So do any of you want to bet he gets a multi-million dollar bonus this year ! Compliments of Barack and US taxpayers !

    June 13, 2012 at 1:02 pm | Report abuse |
  7. phneutral

    On one end you have the U.S. senators trying to get re-elected rather than make good decisions and those in our society that make ignorant comments about what they don't understand. These are the problems. On the other you have those like Mr. Dimon trying to improve our overall condition. This is part of the solution.

    June 13, 2012 at 1:04 pm | Report abuse |
  8. Andrew

    Jamie Dimon is the smoking gun.

    June 13, 2012 at 1:06 pm | Report abuse |
  9. bobcat (in a hat)©,

    The Walton's invited their new neighbors over to dinner. During dinner Mr.Walton was asked what he did for a living.

    Eight year old Brian Walton jumped in and said, "Daddy is a fisherman!" To which Mrs.Walton replied,

    "Brian, why do say that. Your daddy is a stockbroker, not a fisherman."

    "No mom. Every time we visit dad at work and he hangs up the phone he laughs, rubs his hands together

    and says 'I just caught another fish'."

    June 13, 2012 at 1:06 pm | Report abuse |
  10. comingsoon

    a shyster. look it up.

    June 13, 2012 at 1:10 pm | Report abuse |
  11. bobcat (in a hat)©,

    As he got out, a truck passed too close and tore off the door on the driver's side.

    The stockbroker immediately grabbed his cell phone, dialed 911, and within minutes a policeman pulled up.

    Before the officer had a chance to ask any questions, the stockbroker started screaming hysterically.

    His Porsche, which he had just picked up the day before, was now completely ruined.

    When the stockbroker finally wound down from his ranting and raving, the officer shook his head in disgust and disbelief.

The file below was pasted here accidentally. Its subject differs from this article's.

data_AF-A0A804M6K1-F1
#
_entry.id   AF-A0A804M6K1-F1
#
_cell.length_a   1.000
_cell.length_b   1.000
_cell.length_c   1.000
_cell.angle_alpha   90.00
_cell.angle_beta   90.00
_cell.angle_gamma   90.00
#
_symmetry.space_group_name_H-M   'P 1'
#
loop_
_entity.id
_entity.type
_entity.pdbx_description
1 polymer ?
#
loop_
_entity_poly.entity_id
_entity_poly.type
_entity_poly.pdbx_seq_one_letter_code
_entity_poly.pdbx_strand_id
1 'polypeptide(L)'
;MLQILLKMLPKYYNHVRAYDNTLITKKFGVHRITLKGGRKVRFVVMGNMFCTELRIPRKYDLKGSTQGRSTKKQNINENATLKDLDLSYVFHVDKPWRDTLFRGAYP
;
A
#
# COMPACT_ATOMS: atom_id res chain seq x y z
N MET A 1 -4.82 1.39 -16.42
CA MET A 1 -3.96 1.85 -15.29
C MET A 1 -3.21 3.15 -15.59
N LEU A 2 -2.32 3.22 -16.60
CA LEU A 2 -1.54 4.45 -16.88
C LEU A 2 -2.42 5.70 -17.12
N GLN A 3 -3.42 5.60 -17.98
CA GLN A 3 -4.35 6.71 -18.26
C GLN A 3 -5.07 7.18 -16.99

"I can not believe how materialistic you stock brokers are," the cop said. "You are so focused on your possessions that you don't notice anything else."

    "How can you say such a thing?" asked the stockbroker.

    The cop replied, "Don't you know that your left arm is missing from the elbow down? It must have been torn off when the truck hit you."

    "My God!" screamed the stockbroker. "My Rolex!"

    June 13, 2012 at 1:14 pm | Report abuse |
  12. NukeTim

    He is someone who, over the years, has honed the skills of lying, cheating, and deceiving the common man (and woman.)

    He needs to be FIRED; and furthermore, banned from trading, both professionally and privately.

    MY opinion of this schmuck.

    June 13, 2012 at 1:17 pm | Report abuse |
  13. Ricke1949

    Time for capital markets to be capital markets. No back stops for the big boys by Dems nor Repubs.

    June 13, 2012 at 1:33 pm | Report abuse |
  14. Tony

    Who's Dimon you ask?

    Why....Dimons are a Churl's best friend.

    June 13, 2012 at 1:38 pm | Report abuse |
  15. ♚Mmmmm♛

    REGULATE THE BANKING INDUSTRY AND WALL ST...money IS matter...is doesn't disappears...justice dept need to hired just as shrewed prosecutors...congress we need 2/3 over y'all to get off the duff...

    June 13, 2012 at 1:54 pm | Report abuse |
    • really

      Regulation costs our government money (taxpers lose)- and provides a means for companies to justify another expense passed on to the consumer (taxpayers lose again). Your post makes zero sense. What should happen is let them fail... if the consumer loses faith then they have the option to choose another bank. That is all the regulation that banks need. I invest my own finances why because I don't trust big banks with my money. I have spent a lot of time researching companies and avoid investing anything in a company llike this and have been blessed with good fortune in doing so.

      June 13, 2012 at 3:50 pm | Report abuse |
    • fuzzy math?

      @really...regulation costs the taxpayer??? Regulation protects the taxpayer. Most of us taxpayers have jobs, IRA's, 401k's, mortgages and other investments as well as accounts ( checking, savings, MM, etc.),all of which can be destroyed when banks take advantage of an unregulated environment. Regulation is most certainly a worthy cost for us taxpayers to bare. Much like the "cost" incurred to maintain a military, police or fire dept ,for example.

      June 13, 2012 at 6:18 pm | Report abuse |